The parties had included an entire agreement clause, which means that the entire agreement is within the four corners of the contract. This, however, does not necessarily prevent an estoppel arising.

The primary judge found (with the Court of Appeal agreeing) that the elements of promissory estoppel were made out by CBSC. CBSC had relied, to its detriment, on the representations by CI about the amount of rent for the first three years of the lease. Not only had CBSC entered into the lease in reliance of the statements about the lower rent, but CBSC had paid, and CI had accepted, this reduced amount from the commencement of the lease in December 2012 until December 2013, when a letter from CI to CBSC was sent, claiming a shortfall in the rent and outgoings.

CI was therefore estopped from asserting that the rent payable was that set out in the lease rather than as stated in the representations (Caringbah Investments Pty Ltd v Caringbah Business and Sports Club Ltd (in liq) [2016] NSWCA 165).

Case study: proprietary estoppel by encouragement

Mr Vosnakis' wife died in 2012. His mother-in-law, Mrs Arfaras, offered to bury his wife in a burial plot for which she held a burial licence, and to transfer the burial licence to him, so that he could be buried in the same plot as his late wife. Unfortunately Mrs Arfaras did not mean it.

Mr Vosnakis commenced proceedings and argued (among other things) that Mrs Arfaras was estopped from denying the existence of a binding and enforceable agreement regarding the transfer of the burial licence.

The NSW Court of Appeal found that the doctrine of proprietary estoppel by encouragement was applicable. It also upheld the primary judge's finding that the essential elements of estoppel had been established (Arfaras v Vosnakis [2016] NSWCA 65).

This case is interesting because traditionally, representations about present or future rights between parties (ie. rights of a contractual-type nature, such as the right to a licence) have been the ambit of claims of promissory estoppel. This judgment, however, appears to expand the scope of the principle of proprietary estoppel, such that rights of a contractual nature may be enforceable under this principle.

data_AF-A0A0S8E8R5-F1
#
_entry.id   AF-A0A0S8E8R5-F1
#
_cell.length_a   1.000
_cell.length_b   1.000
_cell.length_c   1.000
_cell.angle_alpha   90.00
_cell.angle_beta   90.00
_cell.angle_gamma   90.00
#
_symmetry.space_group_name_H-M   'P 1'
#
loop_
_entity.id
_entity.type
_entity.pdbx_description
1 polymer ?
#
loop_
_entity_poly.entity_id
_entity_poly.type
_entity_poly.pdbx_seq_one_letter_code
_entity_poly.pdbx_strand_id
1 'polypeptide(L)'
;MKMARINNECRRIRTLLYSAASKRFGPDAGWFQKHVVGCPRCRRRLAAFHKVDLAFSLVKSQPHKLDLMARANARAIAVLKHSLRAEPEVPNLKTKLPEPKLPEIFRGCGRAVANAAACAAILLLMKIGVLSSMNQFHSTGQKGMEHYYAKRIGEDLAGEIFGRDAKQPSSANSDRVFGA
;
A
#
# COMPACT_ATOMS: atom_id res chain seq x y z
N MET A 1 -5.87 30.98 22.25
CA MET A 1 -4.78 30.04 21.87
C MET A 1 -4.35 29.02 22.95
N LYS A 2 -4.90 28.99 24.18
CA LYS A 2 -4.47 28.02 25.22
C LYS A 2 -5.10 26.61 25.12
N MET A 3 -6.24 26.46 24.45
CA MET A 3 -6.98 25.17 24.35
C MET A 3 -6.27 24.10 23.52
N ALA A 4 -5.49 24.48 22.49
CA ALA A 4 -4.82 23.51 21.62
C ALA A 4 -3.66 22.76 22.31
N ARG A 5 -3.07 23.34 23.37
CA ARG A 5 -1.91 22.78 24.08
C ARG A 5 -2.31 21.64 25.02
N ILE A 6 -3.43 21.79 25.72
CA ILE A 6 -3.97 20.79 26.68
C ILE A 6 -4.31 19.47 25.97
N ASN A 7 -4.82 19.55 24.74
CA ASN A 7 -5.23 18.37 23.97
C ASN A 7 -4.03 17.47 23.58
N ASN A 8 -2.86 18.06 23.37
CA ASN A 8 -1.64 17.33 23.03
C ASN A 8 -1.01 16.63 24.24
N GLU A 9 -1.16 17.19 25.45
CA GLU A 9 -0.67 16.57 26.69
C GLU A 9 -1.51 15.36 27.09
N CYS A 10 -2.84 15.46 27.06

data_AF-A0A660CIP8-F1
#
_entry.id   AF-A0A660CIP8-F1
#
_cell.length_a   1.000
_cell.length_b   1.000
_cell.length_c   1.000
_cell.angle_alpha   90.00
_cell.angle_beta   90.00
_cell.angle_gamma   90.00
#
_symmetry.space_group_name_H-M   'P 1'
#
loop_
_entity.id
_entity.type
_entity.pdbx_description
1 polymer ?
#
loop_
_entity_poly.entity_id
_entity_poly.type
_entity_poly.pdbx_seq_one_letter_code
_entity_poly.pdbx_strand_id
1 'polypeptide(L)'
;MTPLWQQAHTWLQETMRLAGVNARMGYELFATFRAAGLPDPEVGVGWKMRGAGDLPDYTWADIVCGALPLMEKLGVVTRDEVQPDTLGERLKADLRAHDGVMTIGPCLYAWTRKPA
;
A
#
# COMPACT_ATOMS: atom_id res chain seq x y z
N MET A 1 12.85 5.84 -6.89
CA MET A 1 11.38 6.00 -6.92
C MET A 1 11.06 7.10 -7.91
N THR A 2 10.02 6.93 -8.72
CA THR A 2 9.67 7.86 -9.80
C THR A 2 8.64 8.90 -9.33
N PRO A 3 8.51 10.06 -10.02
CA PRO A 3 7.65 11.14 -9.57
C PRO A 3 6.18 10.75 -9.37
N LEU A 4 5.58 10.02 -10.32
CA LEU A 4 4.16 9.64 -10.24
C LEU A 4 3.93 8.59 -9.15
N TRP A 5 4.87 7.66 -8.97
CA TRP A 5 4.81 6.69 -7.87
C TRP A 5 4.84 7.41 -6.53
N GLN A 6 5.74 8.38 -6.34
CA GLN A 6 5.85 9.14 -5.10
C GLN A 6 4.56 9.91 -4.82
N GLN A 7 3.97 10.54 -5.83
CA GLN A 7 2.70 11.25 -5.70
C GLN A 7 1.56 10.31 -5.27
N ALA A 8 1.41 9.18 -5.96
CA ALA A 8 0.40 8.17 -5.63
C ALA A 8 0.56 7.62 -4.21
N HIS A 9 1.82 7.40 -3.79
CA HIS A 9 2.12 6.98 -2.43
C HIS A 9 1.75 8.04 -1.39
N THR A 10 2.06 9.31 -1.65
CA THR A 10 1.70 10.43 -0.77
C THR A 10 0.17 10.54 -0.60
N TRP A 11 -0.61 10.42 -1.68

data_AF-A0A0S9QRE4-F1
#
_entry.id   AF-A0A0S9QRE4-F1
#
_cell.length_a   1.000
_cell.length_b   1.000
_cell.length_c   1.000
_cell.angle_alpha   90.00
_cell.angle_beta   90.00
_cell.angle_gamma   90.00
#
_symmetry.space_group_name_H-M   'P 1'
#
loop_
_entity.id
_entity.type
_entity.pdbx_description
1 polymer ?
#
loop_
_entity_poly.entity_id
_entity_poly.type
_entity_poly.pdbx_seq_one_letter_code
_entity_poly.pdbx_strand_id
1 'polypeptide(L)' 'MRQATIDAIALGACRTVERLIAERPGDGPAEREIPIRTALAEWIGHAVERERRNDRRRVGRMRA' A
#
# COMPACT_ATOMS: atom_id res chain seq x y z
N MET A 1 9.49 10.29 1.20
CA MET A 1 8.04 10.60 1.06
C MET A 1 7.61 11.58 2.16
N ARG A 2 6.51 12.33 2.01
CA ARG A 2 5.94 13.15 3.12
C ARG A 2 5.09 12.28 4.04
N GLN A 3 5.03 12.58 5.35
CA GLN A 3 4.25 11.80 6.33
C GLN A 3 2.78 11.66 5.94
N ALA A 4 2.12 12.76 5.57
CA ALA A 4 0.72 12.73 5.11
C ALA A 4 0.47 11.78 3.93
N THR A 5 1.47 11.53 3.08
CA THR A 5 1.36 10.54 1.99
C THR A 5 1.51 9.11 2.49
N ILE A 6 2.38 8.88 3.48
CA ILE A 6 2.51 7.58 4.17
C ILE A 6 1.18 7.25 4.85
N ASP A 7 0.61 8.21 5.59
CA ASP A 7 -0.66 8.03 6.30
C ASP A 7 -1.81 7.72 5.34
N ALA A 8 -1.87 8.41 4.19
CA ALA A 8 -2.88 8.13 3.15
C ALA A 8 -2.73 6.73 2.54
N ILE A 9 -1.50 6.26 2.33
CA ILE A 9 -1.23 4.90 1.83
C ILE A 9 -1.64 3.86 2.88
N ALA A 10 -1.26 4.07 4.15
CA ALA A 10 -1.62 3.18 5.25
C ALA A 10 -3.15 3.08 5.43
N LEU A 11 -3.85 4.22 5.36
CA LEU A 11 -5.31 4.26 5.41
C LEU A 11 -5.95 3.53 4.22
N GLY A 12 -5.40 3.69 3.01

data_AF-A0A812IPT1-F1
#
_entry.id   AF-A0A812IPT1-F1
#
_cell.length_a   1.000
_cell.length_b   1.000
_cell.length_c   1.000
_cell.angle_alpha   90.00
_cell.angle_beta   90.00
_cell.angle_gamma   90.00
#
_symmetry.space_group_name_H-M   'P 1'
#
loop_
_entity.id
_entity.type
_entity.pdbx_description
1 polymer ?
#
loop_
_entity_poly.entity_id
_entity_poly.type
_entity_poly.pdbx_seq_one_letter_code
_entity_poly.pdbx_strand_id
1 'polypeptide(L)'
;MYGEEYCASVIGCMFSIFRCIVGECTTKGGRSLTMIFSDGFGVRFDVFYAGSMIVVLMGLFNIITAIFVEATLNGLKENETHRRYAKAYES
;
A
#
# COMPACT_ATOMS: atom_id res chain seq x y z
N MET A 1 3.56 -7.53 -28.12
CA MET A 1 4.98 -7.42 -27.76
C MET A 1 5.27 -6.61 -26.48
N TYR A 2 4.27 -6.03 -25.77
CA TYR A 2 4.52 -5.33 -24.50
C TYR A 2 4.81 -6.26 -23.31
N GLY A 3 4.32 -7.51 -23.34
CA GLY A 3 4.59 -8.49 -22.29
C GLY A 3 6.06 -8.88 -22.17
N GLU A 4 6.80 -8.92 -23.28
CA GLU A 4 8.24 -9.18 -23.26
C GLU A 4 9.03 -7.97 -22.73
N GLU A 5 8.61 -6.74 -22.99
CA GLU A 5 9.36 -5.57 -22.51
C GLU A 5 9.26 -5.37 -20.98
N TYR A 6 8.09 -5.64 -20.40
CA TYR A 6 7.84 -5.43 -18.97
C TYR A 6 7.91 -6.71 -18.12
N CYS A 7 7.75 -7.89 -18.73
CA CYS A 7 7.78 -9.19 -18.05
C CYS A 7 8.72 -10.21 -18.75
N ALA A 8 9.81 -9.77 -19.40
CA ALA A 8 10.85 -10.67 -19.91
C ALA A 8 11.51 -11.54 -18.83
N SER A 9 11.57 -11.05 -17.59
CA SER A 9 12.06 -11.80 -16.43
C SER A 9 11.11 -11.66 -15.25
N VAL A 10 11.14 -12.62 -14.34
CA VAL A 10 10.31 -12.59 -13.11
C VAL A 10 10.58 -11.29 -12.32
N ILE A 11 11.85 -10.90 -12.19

How to make sure estoppel doesn't affect your contract management

The courts are yet to definitively resolve the question of there is a single unified doctrine of estoppel. The courts also take different views as to what representations will be found to satisfy a claim for promissory estoppel. Further, it is also still unclear as to what type of conduct will give rise to a finding of proprietary estoppel, though the scope of this class of estoppel appears to be expanding.

While a binding contract may not exist with respect to such representations, you may still be liable for those representations or be estopped from resiling from your obligations. The above cases highlight that what you say may impact on your rights.

Another observation by the courts was the lack of documentary evidence retained by the parties about issues discussed at meetings, representations made and oral agreements reached.

The key lessons from all of this are:

  • Keep accurate records, particularly contemporaneous records of all interactions between parties, which should be made and stored appropriately.
  • Do not depart from the contract terms unless you intend to vary those terms through a formal contract amendment or waiver.
  • Do not encourage, or ignore, behaviour by another party which is not in accordance with the terms of the agreement as you may be estopped from denying such behaviour.


Clayton Utz communications are intended to provide commentary and general information. They should not be relied upon as legal advice. Formal legal advice should be sought in particular transactions or on matters of interest arising from this bulletin. Persons listed may not be admitted in all states and territories.